Importance The benefit of primary and booster vaccination in people who experienced prior SARS-CoV-2 infection remains unclear. Objective To estimate the effectiveness of a primary (two-dose) and booster (third dose) vaccination against Omicron infection among previously infection people. Design Test-negative case-control study. Setting Yale New Haven Health System facilities serving southern Connecticut communities. Participants Vaccine eligible people who received SARS-CoV-2 RT-PCR testing between November 1, 2021, and January 31, 2022. Exposure COVID-19 mRNA primary and booster vaccination. Main Outcomes and Measures We conducted two analyses, each with an outcome of Omicron BA.1 variant infection (S-gene target failure defined) and each stratified by prior SARS-CoV-2 infection status. We estimated the effectiveness of primary vaccination during the period before and during booster eligibility (14-149 and ≥150 days, respectively, after 2 nd dose) and of booster vaccination (≥14 days after booster dose). To test whether booster vaccination reduced the risk of infection beyond that of the primary series, we compared the odds among boosted and booster eligible people. Results Overall, 10,676 cases and 119,397 controls were included (median age: cases: 35 years, controls: 39 years). Among cases and controls, 6.1% and 7.8% had a prior infection. The effectiveness of primary vaccination 14-149 days after 2 nd dose was 36.1% (95% CI, 7.1-56.1%) and 28.5% (95% CI, 20.0-36.2%) for people with and without prior infection, respectively. The effectiveness of booster vaccination was 45.8% (95% CI, 20.0-63.2%) and 56.9% (95% CI, 52.1-61.2%) in people with and without prior infection, respectively. The odds ratio comparing boosted and booster eligible people with prior infection was 0.83 (95% CI, 0.56-1.23), whereas the odds ratio comparing boosted and booster eligible people without prior infection was 0.51 (95% CI, 0.46-0.56). Conclusions and Relevance Primary vaccination provided significant but limited protection against Omicron BA.1 infection among people with and without prior infection. While booster vaccination was associated with additional protection in people without prior infection, it was not associated with additional protection among people with prior infection. These findings support primary vaccination in people regardless of prior infection status but suggest that infection history should be considered when evaluating the need for booster vaccination.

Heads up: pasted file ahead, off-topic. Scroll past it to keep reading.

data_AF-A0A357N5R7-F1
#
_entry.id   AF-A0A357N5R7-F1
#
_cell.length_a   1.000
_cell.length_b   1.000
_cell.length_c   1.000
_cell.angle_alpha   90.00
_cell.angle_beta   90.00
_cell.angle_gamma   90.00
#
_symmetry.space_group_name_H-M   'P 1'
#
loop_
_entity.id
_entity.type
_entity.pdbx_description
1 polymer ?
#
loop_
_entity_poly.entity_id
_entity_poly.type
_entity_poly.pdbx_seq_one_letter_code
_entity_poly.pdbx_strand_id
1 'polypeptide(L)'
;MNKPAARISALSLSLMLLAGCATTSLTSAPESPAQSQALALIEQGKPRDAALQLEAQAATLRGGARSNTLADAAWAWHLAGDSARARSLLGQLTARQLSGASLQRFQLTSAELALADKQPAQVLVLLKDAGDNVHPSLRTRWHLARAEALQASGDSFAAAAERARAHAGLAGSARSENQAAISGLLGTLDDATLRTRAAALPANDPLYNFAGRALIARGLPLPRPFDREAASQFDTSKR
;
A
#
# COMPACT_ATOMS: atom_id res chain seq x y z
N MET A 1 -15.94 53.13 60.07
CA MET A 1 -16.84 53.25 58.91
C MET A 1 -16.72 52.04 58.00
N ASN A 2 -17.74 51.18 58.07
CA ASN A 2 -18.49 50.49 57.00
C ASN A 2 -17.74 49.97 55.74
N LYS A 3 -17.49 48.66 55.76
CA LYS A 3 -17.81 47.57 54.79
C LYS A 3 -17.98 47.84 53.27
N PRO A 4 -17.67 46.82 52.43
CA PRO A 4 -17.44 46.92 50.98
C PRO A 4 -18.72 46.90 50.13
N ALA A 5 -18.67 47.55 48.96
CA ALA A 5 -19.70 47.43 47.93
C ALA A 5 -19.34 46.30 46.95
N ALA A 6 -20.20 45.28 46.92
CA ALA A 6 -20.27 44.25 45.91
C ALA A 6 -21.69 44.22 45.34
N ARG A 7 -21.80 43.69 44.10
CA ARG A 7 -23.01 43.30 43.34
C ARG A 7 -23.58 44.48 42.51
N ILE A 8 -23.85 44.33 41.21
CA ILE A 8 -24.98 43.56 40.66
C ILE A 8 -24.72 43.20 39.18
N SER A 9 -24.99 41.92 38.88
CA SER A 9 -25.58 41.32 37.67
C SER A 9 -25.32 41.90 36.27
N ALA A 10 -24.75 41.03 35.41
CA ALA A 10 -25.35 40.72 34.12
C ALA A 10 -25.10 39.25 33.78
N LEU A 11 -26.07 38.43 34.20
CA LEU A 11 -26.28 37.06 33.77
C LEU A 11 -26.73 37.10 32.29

3.
Nat Biotechnol ; 40(5): 681-691, 2022 05.
Article in English | MEDLINE | ID: covidwho-1713197

ABSTRACT